Sophocles: The Three Theban Plays (Oedipus Rex) • Sophocles: (496- 406 B.C.E.) • He wrote 123 or more plays during the course of his life • For almost 50 years, he was the dominant competitor in the dramatic competitions of ancient Athens that took place during the religious festivals of the Lenaea and the Dionysia. • His first victory was in 468 BC, although scholars are no longer certain that this was the first time that he competed. Sophocles: (496- 406 B.C.E.)
Sophocles: The Three Theban Plays (Oedipus Rex) Sophocles influenced the development of the drama, most importantly by adding a third character and thereby reducing the importance of the chorus in the presentation of the plot. He also developed his characters to a greater extent than earlier playwrights such as Aeschylus. Sophocles: (496- 406 B.C.E.)
Sophocles: The Three Theban Plays (Oedipus Rex) • Only seven of his tragedies have survived into modern times with their text completely known. • The most famous of these are the three tragedies concerning Oedipus and Antigone: these are often known as the Theban plays or The Oedipus Cycle, (Oedipus the King, Oedipus at Colonus, & Antigone) although they were not originally written or performed as a single trilogy. Sophocles: (496- 406 B.C.E.)
VII. The Original Dysfunctional Family King Menoeceus King Laius Jocasta Creon Eurydice King Oedipus Jocasta Megareus Haemon Eteocles Polyneices Ismene Antigone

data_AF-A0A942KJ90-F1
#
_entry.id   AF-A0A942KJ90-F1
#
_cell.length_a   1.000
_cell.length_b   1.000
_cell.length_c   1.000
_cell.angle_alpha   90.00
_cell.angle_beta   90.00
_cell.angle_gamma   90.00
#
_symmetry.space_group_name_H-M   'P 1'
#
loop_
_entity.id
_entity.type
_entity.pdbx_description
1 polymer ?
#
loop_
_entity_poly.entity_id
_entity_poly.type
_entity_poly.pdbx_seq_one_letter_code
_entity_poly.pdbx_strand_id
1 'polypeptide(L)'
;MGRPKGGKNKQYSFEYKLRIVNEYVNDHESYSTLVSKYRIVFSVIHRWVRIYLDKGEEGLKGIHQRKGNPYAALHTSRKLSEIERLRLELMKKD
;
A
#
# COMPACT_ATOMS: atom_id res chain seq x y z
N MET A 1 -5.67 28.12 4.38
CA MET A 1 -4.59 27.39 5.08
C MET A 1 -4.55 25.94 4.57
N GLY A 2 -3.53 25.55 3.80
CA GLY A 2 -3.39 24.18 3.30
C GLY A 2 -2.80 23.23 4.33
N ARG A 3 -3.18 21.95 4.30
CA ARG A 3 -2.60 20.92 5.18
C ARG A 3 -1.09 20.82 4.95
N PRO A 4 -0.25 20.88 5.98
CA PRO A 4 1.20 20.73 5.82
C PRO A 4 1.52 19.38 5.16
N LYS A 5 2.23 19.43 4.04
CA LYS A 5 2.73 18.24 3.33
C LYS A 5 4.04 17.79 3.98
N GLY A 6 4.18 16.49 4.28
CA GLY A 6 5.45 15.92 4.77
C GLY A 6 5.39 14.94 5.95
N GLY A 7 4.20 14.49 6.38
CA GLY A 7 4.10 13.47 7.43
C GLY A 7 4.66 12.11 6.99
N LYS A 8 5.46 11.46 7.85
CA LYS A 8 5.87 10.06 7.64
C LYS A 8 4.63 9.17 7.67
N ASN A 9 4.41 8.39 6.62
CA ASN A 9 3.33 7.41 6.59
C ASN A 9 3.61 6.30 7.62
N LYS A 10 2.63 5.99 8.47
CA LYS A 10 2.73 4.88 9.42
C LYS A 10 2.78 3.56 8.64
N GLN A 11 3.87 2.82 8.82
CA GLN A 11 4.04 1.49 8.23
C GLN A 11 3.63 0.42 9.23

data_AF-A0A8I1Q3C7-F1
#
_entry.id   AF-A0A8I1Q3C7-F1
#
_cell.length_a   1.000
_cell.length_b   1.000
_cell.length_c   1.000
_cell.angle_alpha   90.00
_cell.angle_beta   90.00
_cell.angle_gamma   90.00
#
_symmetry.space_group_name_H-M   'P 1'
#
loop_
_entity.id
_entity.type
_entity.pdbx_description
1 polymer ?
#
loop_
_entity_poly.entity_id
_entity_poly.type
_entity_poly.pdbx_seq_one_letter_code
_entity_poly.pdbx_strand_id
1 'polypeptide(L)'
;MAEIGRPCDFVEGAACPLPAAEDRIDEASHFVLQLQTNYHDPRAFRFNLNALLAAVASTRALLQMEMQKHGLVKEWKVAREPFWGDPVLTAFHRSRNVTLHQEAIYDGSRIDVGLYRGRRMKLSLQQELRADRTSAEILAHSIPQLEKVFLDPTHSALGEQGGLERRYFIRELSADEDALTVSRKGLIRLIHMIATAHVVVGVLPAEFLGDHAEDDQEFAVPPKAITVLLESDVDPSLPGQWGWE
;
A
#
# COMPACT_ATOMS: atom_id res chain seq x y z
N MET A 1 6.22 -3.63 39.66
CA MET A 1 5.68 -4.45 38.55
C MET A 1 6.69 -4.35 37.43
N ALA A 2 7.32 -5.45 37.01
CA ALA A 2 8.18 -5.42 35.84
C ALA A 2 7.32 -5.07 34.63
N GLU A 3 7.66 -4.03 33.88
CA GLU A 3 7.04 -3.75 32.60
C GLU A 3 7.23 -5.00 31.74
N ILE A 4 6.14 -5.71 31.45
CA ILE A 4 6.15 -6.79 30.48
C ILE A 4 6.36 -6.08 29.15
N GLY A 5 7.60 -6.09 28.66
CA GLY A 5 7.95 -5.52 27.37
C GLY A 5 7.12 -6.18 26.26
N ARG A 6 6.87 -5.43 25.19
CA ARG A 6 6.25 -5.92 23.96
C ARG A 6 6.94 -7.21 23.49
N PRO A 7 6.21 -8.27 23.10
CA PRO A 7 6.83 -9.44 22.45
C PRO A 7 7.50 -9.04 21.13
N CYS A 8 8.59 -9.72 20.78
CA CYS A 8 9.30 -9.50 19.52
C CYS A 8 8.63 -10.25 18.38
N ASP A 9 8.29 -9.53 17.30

King Laius and Jocasta have a son, Oedipus. The Oracle predicts Oedipus will grow up and kill his father, so Laius drops Oedipus over a cliff into the ocean.
Baby Oedipus is rescued by a shepherd. He grows up and hits the road. Meets the Sphinx. Answers the Sphinx’s riddle. Sphinx kills herself. Do you know the Sphinx’s riddle?
Oedipus argues with and kills a man on the road who, unbeknownst to Oedipus, is his father Laius. Oedipus continues and when he reaches Thebes, he is rewarded for killing the Sphinx that has been plaguing their town (no one has been able to come and go since the Sphinx has been guarding the road). Oedipus is given the newly widowed queen to marry. Look back at the family tree…
Oedipus and his “wife” have four children. Eventually, a new plague strikes Thebes and the Oracle is consulted again. The soothsayer, Teiresias, tells them that Thebes is suffering because of Oedipus and Jocasta’s crime against nature.
Jocasta hangs herself and Oedipus takes her brooch and blinds himself. He is exiled from Thebes, and Antigone and Ismene, his daughters, dutifully lead their father through the lands during his exile.
A civil war breaks out about who will be the new ruler of Thebes. Eteocles and Polyneices fight to be heir to the throne. They kill each other and their Uncle Creon steps up. He believes one was the rightful heir (the oldest son) and other was a traitor to the state for challenging him. Creon refuses a proper burial for the “traitor” and this makes Antigone angry; she believes BOTH her brothers deserve a proper burial.
Remember your mythology? Why was a proper burial so important to the Greeks?
You need to get to Hades! Once a person has died, s/he must pay the ferryman, Charon, to take him/her across the River Styx to the Underworld. Otherwise, the soul will not be able to rest. Michelangelo’s Last Judgment